Thinking of making a New Year’s fitness resolution? Check out Belinda Jensen’s interview with co-author Laurie Kocanda on the last KARE 11 Saturday show of 2011!
Monthly Archives: December 2011
If you’re like most moms, it takes more than good intentions to stay committed a fitness routine. Don’t let that occasional cookie get you down. What’s really standing in your way is an overdose of something much more toxic: Mother Guilt.
Overcoming Mother Guilt—maybe just locking her in the closet for an hour at a time—is essential if you want to carve out time to get fit. First you need to free up a little mental space so you are strong enough to make the appropriate compromises.
Lose the Preconceptions and Misconceptions
Start by identifying your preconceptions of motherhood; you’ll probably realize what you thought were parenting no-no’s might actually have a place in your life. For example, maybe it’s not so bad to let your kids watch television if it means you can jump on the treadmill or tune into FitTV for an hour. Junk food might be okay if it gets your kids into the jogging stroller. Perhaps you can miss a soccer practice to go for a quick power walk or run. The point is to challenge what you’ve accepted as parenting truths and get realistic about what life is really like.
Take some time to write down what’s important to you, what values you want to impart on your children (hopefully health and fitness are near the top of the list). Then, take inventory of one or two typical days and see where you’re actually spending your time. Like it or not, top entries for your day translate into your top priorities. Work to make health and fitness an actual, not just perceived, priority. Then, remember who is watching because, like it or not, we lead by example.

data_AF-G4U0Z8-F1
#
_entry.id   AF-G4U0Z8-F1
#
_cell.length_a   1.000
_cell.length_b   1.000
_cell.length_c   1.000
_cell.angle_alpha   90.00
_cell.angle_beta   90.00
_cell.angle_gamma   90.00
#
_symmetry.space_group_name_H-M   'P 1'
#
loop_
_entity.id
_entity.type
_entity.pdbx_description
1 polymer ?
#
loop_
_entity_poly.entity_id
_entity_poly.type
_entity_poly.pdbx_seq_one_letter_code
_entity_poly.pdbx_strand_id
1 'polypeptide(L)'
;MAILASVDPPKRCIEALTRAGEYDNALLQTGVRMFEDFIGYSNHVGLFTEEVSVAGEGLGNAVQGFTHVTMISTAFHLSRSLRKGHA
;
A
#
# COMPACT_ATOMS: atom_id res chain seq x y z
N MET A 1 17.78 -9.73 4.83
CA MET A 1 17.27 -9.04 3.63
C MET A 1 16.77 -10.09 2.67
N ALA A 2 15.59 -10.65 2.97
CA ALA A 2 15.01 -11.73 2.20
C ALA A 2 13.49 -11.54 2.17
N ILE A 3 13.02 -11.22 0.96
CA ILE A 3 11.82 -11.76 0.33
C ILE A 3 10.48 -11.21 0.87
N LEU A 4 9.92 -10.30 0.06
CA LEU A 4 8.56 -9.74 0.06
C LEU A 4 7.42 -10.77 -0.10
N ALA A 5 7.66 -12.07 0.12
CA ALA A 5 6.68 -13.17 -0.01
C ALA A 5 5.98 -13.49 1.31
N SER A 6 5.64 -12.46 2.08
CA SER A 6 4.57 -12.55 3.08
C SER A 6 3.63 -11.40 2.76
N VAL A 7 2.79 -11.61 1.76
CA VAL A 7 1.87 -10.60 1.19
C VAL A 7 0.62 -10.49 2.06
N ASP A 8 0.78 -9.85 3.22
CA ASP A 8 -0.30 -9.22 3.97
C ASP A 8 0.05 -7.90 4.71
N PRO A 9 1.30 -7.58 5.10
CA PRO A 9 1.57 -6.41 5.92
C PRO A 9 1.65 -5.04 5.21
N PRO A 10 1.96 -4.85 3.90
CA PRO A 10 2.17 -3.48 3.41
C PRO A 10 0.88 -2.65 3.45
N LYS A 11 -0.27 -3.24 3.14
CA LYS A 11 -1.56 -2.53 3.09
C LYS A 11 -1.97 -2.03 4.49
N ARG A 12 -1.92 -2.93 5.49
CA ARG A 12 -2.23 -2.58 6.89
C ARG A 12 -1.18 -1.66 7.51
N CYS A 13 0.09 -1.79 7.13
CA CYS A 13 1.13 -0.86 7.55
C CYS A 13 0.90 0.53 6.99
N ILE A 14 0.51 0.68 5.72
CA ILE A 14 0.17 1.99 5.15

Protect Your Priorities
Once you’ve established what your actual priorities are, it’s easier to fight to protect them. Allocating the right amount of time to each of your priorities leads to a certain type of contentment; the alternatives are resentment and (you guessed it) guilt. Saying “no” to something that isn’t a priority starts to feel good when you use the time freed to attend to something that is. You’ve likely fine-tuned your ability to say “no” walking the aisles of Target with your kids. It’s time to put those skills to good use and clear a little clutter from your life.
Remember it’s a Balancing Act
Learning to say “no” is important because sometimes we have to say it to something that is a priority—including fitness. When life throws you a curve ball, make a decision on how you will react. If fitness doesn’t fit in during a particularly hard week, let it go. In making that decision, you stay in control—there is no resentment, no anger, no feeling like the victim. Keep those priorities in check and realize it’s okay to experience temporary imbalances. Sooner or later, you’ll find equilibrium again and your fitness will return.
If you’ve had a hard time maintaining a regular fitness routine in the past, try focusing some attention on the mental components first. Physical fitness requires mental training; knock Mother Guilt out of the picture and the possibilities are endless.
We’ve had a great time traveling the blogosphere and loved spending time with so many fun fit blogging mamas! We’re home for the holidays and wish everyone a joyful holiday and grand 2012. Make it a hot (sweaty) one!